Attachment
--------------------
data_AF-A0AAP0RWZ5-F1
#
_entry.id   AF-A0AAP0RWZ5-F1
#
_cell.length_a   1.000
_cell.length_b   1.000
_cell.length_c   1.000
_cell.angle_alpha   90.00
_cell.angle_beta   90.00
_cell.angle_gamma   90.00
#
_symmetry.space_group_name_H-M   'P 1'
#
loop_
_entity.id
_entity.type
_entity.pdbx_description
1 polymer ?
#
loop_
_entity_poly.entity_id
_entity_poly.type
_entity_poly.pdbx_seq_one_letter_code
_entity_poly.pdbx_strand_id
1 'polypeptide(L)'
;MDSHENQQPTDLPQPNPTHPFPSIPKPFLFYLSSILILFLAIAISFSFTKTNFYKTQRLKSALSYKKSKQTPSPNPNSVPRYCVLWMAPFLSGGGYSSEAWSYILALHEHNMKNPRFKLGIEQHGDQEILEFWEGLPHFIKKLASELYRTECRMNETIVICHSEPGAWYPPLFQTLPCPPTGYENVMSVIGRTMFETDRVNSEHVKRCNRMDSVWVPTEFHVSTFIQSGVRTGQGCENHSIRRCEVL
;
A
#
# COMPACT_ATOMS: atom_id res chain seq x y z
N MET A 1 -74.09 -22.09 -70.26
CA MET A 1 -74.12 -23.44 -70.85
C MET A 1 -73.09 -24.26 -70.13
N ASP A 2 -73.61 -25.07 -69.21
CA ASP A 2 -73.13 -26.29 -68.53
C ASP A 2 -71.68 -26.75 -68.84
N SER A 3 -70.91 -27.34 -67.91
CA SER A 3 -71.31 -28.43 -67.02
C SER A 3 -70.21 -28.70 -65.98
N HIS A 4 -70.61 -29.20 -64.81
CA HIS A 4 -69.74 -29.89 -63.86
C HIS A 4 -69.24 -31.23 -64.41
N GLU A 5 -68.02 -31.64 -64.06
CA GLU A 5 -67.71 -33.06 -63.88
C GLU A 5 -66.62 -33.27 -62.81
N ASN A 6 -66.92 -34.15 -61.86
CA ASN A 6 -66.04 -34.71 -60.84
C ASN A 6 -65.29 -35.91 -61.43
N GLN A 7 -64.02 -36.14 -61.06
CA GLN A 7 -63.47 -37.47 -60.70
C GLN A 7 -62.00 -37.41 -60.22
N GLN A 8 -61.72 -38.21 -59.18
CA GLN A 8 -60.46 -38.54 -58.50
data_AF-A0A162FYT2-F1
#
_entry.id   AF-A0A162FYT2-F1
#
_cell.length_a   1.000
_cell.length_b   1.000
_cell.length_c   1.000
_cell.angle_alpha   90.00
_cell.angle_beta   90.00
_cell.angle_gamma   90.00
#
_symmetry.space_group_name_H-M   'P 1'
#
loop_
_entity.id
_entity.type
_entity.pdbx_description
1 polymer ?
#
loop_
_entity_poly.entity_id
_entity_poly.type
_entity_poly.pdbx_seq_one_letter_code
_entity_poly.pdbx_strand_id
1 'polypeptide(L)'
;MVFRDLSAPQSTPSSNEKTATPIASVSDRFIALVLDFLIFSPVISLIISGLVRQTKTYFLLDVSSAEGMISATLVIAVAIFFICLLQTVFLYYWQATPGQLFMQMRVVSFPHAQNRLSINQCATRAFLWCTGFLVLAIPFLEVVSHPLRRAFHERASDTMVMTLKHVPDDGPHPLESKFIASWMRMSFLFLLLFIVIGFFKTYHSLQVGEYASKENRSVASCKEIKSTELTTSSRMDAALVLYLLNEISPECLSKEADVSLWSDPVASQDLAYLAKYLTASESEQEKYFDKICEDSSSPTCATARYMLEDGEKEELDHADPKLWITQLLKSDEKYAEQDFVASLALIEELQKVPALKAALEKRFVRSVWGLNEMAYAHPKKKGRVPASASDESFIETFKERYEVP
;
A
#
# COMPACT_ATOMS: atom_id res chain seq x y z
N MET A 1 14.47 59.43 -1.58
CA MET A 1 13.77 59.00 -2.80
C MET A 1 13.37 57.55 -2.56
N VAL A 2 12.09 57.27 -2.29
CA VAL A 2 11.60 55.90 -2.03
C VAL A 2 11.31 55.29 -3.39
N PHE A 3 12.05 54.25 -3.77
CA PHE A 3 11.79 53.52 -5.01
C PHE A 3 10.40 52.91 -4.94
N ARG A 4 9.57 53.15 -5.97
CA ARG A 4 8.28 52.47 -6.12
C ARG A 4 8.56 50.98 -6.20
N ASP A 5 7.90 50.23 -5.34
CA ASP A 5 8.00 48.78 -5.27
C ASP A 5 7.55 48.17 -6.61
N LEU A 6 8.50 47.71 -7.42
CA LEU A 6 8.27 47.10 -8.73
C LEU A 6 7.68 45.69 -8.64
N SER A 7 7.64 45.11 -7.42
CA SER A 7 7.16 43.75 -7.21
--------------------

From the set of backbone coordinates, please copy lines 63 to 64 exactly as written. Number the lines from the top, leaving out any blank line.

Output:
_cell.angle_gamma   90.00
#